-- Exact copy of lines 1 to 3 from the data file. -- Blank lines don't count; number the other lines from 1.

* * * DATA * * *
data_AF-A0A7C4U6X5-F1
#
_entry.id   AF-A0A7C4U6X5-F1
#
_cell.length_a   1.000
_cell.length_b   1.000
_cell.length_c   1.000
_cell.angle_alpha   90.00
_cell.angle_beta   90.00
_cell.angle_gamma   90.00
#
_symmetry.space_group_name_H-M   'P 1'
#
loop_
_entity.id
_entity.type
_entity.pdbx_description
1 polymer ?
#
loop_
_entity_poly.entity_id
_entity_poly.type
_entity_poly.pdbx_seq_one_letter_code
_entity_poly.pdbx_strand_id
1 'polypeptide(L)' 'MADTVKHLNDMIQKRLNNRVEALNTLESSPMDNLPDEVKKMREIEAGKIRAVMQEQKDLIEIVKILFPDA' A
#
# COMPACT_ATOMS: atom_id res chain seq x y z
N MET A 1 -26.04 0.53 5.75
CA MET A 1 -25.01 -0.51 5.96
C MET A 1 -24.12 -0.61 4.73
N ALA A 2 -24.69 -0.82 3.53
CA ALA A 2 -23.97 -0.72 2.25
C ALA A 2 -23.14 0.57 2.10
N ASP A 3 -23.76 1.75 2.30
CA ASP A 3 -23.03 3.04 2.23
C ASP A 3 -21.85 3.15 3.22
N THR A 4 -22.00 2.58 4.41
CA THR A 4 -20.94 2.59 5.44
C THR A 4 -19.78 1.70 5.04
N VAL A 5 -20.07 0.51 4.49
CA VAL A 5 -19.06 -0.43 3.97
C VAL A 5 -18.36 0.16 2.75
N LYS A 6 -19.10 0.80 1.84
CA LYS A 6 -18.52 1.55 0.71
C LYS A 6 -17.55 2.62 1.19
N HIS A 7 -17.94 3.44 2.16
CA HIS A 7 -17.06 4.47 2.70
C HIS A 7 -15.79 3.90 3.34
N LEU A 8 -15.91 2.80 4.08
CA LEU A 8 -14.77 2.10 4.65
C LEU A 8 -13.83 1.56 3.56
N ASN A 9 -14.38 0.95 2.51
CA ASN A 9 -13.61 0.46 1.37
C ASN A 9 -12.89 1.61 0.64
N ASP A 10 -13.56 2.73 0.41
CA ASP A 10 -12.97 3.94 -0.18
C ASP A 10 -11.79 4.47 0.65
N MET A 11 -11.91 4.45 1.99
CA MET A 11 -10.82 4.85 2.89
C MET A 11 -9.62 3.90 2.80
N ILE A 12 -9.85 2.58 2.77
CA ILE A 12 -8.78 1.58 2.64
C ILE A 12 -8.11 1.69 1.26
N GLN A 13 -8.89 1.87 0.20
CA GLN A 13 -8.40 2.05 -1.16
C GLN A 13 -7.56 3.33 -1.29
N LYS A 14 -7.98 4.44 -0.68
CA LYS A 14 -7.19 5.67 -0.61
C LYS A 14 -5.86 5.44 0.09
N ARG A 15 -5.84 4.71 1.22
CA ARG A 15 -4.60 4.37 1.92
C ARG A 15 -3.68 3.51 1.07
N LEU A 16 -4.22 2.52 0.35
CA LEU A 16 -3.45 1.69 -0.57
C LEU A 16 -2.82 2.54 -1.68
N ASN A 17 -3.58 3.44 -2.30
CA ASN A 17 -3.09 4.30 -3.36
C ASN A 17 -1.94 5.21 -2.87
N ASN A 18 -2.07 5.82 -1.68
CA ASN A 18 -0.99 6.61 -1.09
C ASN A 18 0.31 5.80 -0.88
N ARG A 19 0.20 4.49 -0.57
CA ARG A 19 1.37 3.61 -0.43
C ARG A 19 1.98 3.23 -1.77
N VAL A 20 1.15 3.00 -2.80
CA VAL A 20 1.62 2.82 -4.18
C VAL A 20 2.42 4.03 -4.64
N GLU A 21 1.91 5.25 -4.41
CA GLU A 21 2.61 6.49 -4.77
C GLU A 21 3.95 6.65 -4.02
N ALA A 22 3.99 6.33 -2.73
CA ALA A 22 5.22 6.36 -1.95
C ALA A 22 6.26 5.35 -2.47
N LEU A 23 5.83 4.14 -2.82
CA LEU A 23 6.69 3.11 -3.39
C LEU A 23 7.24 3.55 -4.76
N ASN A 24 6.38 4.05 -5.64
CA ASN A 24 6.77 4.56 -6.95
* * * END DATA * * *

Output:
data_AF-A0A7C4U6X5-F1
#
_entry.id   AF-A0A7C4U6X5-F1